Hey guys, thanks for all the feedback. Apologies for not responding sooner - but this is the first time I’ve logged in due to the festive period. I’ve been focused on my GW experience instead (gain weight).
I will most certainly look at Runeberg and Mordentral. Perhaps Runeberg first as suggested, if it has an easier learning curve - I’m not a programmer.
I wanted to add some further explanation for why I chose the locomotion method I did, and why it works for me despite the obvious limitations.
Firstly, I currently work for a simulation company and much of the work we do is tested out on VR (Oculus and Vive). We’ve done quite a bit of experimentation into limiting motion sickness, which is the real killer for a lot of people, especially non gamers. We’ve found that the biggest contributor to dizziness appears to be peripheral movement - as we’ve built some driving simulators that employ three screens, with the car wing mirrors and side windows effectively on the outer monitors. This false movement (because your brain knows you’re not really moving) can floor even the most hard core gamer after… 40 minutes or so if you don’t take a break. I’ve noticed my own tolerance for it has improved through repeated use, which is probably like training a pilot, but this is no good for someone who picks it up for the first time. So with my own project I wanted to limit, quite drastically, the chances of vomit-inducing movement.
I found that slowing everything down to a crawl has really helped, but what seems to have helped more… is using the head direction as movement direction. Strafe movement is fairly safe, as your eyes are still focused forward, but as soon as you add body rotation with your hands, while your head stands still… let’s just say that sitting with my head in my hands waiting for the room to stop spinning is something I would rather reserve for a good booze up. So my experience (I shy away from calling it a game) does not permit you to run. I’m designing it for anyone who wants to try VR and not just for experienced gamers like myself (33 years and counting). I’m using my wife as a perfect text subject as she has never played games, doesn’t get them and can’t understand why I spend so much time playing them. Makes me (and probably most of you) wonder why I married her. <jokes>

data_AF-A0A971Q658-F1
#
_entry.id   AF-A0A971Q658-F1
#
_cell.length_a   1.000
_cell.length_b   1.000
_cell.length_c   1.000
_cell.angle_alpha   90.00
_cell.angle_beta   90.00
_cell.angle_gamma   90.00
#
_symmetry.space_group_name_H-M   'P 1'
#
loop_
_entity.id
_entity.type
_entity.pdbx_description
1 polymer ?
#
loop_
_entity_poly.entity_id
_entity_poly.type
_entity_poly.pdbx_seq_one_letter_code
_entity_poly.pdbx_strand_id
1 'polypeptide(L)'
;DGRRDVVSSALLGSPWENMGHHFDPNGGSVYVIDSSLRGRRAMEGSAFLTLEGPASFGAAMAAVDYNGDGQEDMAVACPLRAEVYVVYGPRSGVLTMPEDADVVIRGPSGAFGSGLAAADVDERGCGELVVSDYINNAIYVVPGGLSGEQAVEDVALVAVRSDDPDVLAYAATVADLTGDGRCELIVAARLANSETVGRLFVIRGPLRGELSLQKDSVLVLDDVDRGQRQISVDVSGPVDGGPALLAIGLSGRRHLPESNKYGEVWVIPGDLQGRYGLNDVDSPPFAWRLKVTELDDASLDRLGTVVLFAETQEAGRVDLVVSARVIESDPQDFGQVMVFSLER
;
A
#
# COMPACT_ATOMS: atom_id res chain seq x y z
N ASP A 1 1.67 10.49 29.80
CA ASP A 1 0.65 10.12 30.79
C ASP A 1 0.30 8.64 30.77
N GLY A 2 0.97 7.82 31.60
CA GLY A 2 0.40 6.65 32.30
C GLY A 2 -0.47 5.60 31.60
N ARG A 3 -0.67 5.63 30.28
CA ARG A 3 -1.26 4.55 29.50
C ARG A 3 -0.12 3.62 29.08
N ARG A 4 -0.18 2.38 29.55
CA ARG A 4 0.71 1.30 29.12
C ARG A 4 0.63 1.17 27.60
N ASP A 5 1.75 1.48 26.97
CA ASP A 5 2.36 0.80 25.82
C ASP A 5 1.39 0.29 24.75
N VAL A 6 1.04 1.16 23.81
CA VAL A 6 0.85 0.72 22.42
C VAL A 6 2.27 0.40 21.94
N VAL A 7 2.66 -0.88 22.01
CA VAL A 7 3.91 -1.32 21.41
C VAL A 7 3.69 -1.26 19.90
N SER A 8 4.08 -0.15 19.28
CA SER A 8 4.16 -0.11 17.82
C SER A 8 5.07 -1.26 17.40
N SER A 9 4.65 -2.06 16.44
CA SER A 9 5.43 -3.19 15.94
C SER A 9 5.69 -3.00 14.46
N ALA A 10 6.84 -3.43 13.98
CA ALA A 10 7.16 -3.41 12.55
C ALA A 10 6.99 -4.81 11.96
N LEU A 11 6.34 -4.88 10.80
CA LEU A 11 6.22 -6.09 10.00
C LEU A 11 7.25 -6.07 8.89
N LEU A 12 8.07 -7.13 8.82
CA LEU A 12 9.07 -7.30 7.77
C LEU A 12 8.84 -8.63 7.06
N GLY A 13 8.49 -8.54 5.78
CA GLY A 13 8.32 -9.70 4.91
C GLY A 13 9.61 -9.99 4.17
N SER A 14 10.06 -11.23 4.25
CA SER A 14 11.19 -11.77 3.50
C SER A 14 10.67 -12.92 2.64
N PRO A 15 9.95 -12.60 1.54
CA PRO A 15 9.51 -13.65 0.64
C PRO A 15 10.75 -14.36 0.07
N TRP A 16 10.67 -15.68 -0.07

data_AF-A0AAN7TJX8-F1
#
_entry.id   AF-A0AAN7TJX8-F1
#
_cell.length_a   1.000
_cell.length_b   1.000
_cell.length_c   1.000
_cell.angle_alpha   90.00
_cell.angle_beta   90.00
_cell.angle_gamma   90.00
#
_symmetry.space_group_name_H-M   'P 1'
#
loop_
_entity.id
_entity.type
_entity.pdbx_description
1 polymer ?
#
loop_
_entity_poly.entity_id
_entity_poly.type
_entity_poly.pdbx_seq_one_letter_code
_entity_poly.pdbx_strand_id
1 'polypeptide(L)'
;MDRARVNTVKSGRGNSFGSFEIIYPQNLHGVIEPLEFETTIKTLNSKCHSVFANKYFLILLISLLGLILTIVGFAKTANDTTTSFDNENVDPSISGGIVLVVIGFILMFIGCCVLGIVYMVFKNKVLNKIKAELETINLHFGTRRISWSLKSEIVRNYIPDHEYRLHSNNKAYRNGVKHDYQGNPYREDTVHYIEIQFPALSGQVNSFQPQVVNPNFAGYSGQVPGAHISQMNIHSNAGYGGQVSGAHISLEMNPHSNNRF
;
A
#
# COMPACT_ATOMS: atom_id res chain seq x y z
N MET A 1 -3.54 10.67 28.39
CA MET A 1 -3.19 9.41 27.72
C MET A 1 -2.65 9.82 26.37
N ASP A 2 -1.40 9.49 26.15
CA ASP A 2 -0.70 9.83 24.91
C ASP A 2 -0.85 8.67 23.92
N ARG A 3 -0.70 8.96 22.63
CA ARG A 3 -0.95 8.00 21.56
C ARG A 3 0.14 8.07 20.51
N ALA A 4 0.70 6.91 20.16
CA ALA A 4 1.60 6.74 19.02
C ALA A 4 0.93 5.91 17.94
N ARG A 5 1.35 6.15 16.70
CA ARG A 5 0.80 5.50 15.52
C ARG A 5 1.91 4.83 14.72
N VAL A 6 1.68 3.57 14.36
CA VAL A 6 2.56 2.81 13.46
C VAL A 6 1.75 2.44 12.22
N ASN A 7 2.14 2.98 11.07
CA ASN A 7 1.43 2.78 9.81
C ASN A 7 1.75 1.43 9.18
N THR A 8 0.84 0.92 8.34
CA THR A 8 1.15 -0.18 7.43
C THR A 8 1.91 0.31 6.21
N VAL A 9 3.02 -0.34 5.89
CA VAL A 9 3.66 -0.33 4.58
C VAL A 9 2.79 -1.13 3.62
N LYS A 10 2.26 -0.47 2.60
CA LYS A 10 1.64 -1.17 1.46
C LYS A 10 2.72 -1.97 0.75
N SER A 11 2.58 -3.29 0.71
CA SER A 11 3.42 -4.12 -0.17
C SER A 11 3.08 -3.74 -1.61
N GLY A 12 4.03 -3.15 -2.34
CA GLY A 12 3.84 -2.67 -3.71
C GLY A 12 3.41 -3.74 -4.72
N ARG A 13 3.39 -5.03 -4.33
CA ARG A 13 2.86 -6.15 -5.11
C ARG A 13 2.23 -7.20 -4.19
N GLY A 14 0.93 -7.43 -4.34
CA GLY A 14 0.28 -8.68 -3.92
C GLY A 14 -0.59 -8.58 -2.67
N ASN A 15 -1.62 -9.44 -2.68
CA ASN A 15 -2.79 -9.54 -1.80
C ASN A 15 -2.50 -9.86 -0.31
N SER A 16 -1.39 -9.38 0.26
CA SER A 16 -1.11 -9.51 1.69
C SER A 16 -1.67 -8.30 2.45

Initially I had a flashlight in the right hand, so you could move it independently of where you were actually looking - but after getting the aforementioned wife and my stepdaughter to have a go… both of them wondered around with the flashlight tightly clutched to their chest, even though it had separate functionality. Clearly they were more concerned with seeing what was directly in front of them, rather than admiring the room around them. Hmmm… interesting. So I dispensed with the handheld flashlight and fixed it to the head instead - so you always illuminate what you’re looking at - makes sense really when you think about it. What I shall probably do is have a helmet with mounted flashlight in the first room - maybe lying on the floor lighting up the exit. The player’s first action will be to pick it up - whether they want to or not. The added bonus of the head mounted version is that you reduce peripheral visibility and thus further reduce the chance of sickening your player.
So with slow, non-run movement, head locked to direction of movement and headlight focused visibility I have done as much as I can to limit the chances of spending the afternoon lying on the sofa under a blanket, sipping water and maybe, just maybe risking a dry biscuit.
The second reason I’m not too concerned with more dynamic locomotion is because, as rightly assumed by some of you, I am designing this as something to be played seated, or standing still. Not everyone has a large area to move around in and I’m guessing most people have a small, spare room/man cave where their PC is located. There are inherent downsides to the head direction being used as the “rudder” obviously - you can’t really use a keyboard. I mentioned WASD as a movement method as people understand it - I also intend to include a standard FPS type version for those without VR equipment, so in their case they will no doubt be using keyboard and mouse. I don’t know what percentage of VR users have controllers - motion or XBox - so I’m taking a little risk using that as my primary control method. With the tests I’ve done so far… standing isn’t an issue at all really. It feels natural to turn on the spot before moving. The chair also feels good with one MAJOR exception… the VR headset cable gets wrapped around you and the seat! Going 180 is fine… as long as you rotate back in the opposite direction. Otherwise you’re soon going to be tied to your chair and screaming for help to untangle yourself.
Apologies for such a large post again - just trying to paint a clearer picture of where I am with it. Nothing is set in stone at all and if a better system presents itself while I’m developing this, then I will definitely jump on it. I shall check out those plugins and see how they feel - I definitely need gravity, so will no doubt end up using an existing system. I just have to be very careful that I don’t stray too far from my original path - of creating something that is designed for everyone and not just gamers. My brother will be THE perfect test subject when I show it to him - he’s a pretty famous horror writer with no gaming or VR experience. If I can drop him in it and immerse him in a horror world he has yet to experience and he comes out smiling… I’ve done my job.
Thanks again for all the help guys - I’ll keep you posted as I delve further into this.